Securing intellectual properties through trademark and copyright protection. While patents and copyrights are handled by intellectual property specialists, your business attorney can help you with these as they are part of legal networks. It would be an advantage if your business lawyer can also help you acquire patents and copyrights.
Transacting with landlords and real estate sellers. In terms of dealing with properties, and this includes leasing and warehousing, a business lawyer can thoroughly review contracts and agreements to make sure that you are getting into a fair and legitimate deal with a seller. Your lawyer must have a standard “tenant’s addendum” that contains provisions in your favor, which can be included in the printed lease document.
Knowing the tax consequences of your business transactions. You want to make sure that you do not encounter unnecessary tax liabilities while on business. While your accountant takes care of preparing and filing of taxes, having a business lawyer means you have somebody who knows how to register your business for both federal and state tax IDs, and understands the tax consequences of your business transactions.
Venues for Finding an Attorney
In your search for a great business lawyer, make use of various resources. This will garner more options and give you the ability to make a valid judgement. There are many channels that you can utilize and here are some of them:
Referrals. It is important to understand that every lawyer has their own strengths, and one way to gauge whether a lawyer is best fit for your particular problem is to seek the advice of people who have experienced the same. Find out who they hired at the time, and gather leads from there. However, relying solely on referrals might not give you reliable leads as the relationship between the business owner and lawyer will depend on how they respond to each other’s style and personality.
Local Bar Association. A bar association is a professional organization of lawyers serving different purposes. Most bar associations make referrals based on specific areas of law, which can help you find a lawyer with the right expertise and area concentration. However, there are services that make referrals without concern for the lawyer’s level of experience. Seek out referral services that work under programs certified by the American Bar Association.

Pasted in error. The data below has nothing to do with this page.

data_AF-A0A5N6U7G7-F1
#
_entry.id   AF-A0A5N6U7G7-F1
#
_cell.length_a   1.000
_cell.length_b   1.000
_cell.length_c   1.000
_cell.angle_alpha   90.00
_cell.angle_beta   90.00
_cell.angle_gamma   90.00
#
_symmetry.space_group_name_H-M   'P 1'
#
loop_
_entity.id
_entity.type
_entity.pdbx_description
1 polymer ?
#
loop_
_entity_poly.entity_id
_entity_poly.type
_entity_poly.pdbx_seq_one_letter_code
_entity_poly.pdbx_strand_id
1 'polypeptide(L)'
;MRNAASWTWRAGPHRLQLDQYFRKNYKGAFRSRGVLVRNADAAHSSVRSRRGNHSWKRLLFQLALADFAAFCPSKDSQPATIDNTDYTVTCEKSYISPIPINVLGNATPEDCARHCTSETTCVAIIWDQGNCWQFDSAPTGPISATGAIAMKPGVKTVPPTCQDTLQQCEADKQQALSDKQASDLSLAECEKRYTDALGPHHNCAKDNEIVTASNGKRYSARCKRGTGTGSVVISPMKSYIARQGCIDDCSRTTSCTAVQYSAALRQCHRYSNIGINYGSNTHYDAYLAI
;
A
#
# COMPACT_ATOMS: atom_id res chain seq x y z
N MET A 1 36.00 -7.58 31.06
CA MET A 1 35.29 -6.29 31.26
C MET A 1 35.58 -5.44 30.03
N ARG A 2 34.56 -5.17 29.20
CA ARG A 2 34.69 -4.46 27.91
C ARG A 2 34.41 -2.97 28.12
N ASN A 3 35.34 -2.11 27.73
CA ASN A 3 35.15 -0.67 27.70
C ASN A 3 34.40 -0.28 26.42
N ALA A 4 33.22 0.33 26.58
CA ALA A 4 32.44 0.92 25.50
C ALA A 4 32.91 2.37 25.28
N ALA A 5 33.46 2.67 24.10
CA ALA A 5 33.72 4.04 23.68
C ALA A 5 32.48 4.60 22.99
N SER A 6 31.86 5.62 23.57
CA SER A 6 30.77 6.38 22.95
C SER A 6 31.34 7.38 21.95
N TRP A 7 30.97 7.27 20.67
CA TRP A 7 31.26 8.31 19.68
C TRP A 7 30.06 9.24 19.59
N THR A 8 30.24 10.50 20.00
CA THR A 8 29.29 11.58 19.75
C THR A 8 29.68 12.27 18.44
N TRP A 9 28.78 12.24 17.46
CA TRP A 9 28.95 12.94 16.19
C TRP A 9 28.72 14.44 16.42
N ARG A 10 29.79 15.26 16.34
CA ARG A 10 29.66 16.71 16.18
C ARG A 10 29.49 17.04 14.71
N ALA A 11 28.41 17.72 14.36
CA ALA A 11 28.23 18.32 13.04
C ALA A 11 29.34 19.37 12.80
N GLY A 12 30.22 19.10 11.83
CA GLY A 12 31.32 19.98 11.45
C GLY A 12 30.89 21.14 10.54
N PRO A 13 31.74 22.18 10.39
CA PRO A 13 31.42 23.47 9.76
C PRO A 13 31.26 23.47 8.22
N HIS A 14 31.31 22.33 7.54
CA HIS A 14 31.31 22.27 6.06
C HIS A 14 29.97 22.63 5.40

Online Services. Sites such as Upcounsel can aid in finding and connecting with top-rated business attorneys who can provide a wide array of business law services for startups and large businesses alike.
Hiring a business lawyer is a major investment for any business, which is why optimal sourcing techniques are very crucial in this process. Not finding the right lawyer for your business will cost you money, and can potentially lead to long-term consequences for your company. Watch out for these red flags when making a decision:
– The lawyer is not well-versed in the language of your business. In order to properly represent you, your business lawyer must speak your language and understand the field in which you are operating.
– The lawyer is learning on the job. Your business should not be your lawyer’s on-the-job training. If you see that the lawyer is doing something completely new to him, he may not be the best candidate to
represent your business.
– The lawyer comes up with extra costs. Hiring a business lawyer should be a well-calculated move, and needless to say, it should be cost-effective. Surprise and extra costs must always be kept to a
Choosing an Attorney
After exhausting your resources to find the right business lawyer and coming up with a short list of candidates, it is time set up interviews. In your initial meeting, be ready and upfront in describing your business and your legal needs. Make sure to express that you are interested in building a long-term relationship. Take careful notes of what the lawyer says and does during the interview, and pay attention to these aspects:
Experience. Begin by asking how long they have been practicing law and their areas of expertise. Assess whether their expertise is aligned with the needs of your business.
Ability to communicate. It is crucial that you and your business lawyer have rapport, and you can gauge this as early as your initial interview. Your lawyer must be able to express himself clearly, without the use of too much jargon or legalese.
Availability. Ask the best way to reach him and how quickly he responds to phone calls or emails. Will he be available after business hours? This is crucial in your working relationship.